In the entire Seattle database, my search yielded two donors. I saw the baby picture of the first one, and my heart melted. I wanted to kiss the baby with so much brown, wavy hair. My donor as a baby reminded me of one of my sister’s babies. She was so precious. Excitingly, Seattle also provided adult pictures. I found my donor very pretty. She was 23 when her eggs were frozen. I felt I’d be proud to call her my daughter.
I read every word of my donor’s profile. Beyond her beauty, which my sister later said could pass as one of our cousins, I was attracted to her heart. I felt connected to this young woman who, like me, gets lonely if alone for too long, and like me, is interested in Interior Design. She was altruistic, had been on the Homecoming court twice, and was clearly kind and generous. She didn’t want kids of her own, just to bring joy to those who really wanted children. She was speaking to my heart in a way that didn’t make it feel barren.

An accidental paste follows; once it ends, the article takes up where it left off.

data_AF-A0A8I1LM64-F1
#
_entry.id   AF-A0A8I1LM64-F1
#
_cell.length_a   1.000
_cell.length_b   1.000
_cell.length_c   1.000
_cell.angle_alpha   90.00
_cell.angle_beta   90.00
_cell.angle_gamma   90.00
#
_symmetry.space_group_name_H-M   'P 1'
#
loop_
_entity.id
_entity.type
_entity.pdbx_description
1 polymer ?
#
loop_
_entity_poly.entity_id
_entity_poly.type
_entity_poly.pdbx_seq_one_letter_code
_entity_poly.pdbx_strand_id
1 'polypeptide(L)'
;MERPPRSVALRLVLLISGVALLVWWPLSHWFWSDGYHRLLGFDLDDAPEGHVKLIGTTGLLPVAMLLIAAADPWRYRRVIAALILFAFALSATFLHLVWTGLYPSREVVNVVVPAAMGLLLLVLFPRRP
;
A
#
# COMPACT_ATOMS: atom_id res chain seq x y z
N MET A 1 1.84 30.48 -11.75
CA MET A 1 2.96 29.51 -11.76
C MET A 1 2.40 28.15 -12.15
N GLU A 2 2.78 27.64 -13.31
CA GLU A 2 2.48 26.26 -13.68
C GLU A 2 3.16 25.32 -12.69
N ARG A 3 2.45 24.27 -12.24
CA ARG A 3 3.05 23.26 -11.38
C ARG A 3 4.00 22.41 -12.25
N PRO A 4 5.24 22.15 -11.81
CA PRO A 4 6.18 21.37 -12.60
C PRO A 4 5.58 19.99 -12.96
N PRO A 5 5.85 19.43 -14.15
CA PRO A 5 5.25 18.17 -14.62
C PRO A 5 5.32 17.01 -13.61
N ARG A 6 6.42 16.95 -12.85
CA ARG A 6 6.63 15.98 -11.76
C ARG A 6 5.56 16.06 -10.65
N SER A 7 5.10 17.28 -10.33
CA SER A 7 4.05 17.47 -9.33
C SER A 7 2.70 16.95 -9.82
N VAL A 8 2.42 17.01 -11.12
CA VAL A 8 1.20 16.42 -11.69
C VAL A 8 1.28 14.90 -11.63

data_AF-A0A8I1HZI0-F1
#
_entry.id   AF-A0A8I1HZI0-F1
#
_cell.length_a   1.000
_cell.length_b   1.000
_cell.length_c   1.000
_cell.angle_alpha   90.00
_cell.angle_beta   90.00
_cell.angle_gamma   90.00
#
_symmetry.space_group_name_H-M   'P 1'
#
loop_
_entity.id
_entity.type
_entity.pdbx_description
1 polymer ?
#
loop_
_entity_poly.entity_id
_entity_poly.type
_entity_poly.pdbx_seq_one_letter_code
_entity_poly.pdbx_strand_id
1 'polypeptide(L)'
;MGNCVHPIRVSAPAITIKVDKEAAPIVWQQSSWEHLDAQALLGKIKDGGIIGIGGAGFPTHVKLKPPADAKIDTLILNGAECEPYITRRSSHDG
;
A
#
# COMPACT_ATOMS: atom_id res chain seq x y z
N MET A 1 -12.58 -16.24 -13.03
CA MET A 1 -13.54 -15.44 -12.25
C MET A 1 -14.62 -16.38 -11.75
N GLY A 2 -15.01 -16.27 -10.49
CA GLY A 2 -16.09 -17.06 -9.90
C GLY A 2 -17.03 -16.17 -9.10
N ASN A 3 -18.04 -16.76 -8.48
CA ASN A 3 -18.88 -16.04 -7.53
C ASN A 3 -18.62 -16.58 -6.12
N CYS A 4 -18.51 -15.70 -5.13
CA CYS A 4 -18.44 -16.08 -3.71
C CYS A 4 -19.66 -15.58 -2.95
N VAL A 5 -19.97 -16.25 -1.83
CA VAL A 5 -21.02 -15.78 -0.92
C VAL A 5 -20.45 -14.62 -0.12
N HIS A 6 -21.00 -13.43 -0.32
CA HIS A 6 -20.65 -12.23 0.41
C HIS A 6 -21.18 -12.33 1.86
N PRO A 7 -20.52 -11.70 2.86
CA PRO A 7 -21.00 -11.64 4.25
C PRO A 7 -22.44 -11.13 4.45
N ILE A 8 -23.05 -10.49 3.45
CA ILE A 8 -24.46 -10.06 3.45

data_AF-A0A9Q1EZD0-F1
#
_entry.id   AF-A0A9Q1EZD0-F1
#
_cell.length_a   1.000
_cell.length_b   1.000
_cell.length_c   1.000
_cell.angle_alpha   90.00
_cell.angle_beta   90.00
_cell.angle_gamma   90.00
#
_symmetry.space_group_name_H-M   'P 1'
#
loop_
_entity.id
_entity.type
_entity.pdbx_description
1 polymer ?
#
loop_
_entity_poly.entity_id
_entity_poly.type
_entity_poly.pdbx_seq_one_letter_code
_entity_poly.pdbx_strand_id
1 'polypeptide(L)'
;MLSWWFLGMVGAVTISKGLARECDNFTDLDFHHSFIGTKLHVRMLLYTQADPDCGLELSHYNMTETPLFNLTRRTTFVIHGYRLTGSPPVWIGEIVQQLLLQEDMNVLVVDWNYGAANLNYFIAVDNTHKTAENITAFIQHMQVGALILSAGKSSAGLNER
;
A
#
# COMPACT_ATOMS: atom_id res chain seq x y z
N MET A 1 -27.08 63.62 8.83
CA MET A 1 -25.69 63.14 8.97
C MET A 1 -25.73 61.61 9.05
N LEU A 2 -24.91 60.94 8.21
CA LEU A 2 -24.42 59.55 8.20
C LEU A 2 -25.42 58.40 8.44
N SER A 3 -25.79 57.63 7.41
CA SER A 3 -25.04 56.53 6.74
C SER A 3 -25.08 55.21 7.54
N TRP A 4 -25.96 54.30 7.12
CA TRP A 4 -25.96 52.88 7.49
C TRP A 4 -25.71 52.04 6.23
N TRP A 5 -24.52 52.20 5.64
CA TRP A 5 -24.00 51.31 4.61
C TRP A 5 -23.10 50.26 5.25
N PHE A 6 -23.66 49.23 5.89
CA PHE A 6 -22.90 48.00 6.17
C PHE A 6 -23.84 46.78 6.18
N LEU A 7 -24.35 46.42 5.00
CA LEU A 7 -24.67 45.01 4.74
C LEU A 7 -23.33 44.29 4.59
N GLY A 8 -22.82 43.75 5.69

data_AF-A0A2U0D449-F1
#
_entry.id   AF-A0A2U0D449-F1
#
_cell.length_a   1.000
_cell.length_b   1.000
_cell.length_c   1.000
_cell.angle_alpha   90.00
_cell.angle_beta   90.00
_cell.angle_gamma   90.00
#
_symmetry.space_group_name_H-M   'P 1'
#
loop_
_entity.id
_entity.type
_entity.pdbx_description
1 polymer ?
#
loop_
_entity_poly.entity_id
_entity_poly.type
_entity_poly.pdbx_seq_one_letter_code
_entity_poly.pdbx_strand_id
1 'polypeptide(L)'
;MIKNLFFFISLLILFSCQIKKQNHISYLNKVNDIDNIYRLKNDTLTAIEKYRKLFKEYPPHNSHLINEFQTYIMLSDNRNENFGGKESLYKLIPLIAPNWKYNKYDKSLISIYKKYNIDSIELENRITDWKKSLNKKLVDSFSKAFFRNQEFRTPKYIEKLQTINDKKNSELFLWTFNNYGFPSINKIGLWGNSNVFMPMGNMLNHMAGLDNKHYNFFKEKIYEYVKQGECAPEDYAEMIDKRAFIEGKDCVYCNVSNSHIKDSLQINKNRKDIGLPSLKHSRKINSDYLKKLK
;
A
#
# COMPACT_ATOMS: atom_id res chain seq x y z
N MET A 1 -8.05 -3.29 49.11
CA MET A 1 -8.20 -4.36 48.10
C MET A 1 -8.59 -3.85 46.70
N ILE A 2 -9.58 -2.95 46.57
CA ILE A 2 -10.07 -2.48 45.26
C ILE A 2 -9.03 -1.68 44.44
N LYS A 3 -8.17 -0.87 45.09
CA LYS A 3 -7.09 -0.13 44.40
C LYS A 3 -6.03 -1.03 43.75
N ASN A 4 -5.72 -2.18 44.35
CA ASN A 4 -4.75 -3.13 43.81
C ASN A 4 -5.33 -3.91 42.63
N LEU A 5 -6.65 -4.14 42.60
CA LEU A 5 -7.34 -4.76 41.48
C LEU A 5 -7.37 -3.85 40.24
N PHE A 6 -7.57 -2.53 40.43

I made up my mind. And I knew my husband would say once again I had made another decision quickly. So I looked at other donors to act balanced. I read profiles of women who liked the same kinds of books and movies as me, some who even had more alluring looks. I tried to find a second choice, to reach for compromise.
And then I realized I didn’t want to compromise. I am already sacrificing my genetic pool. I wanted to choose my genetic contribution to my offspring.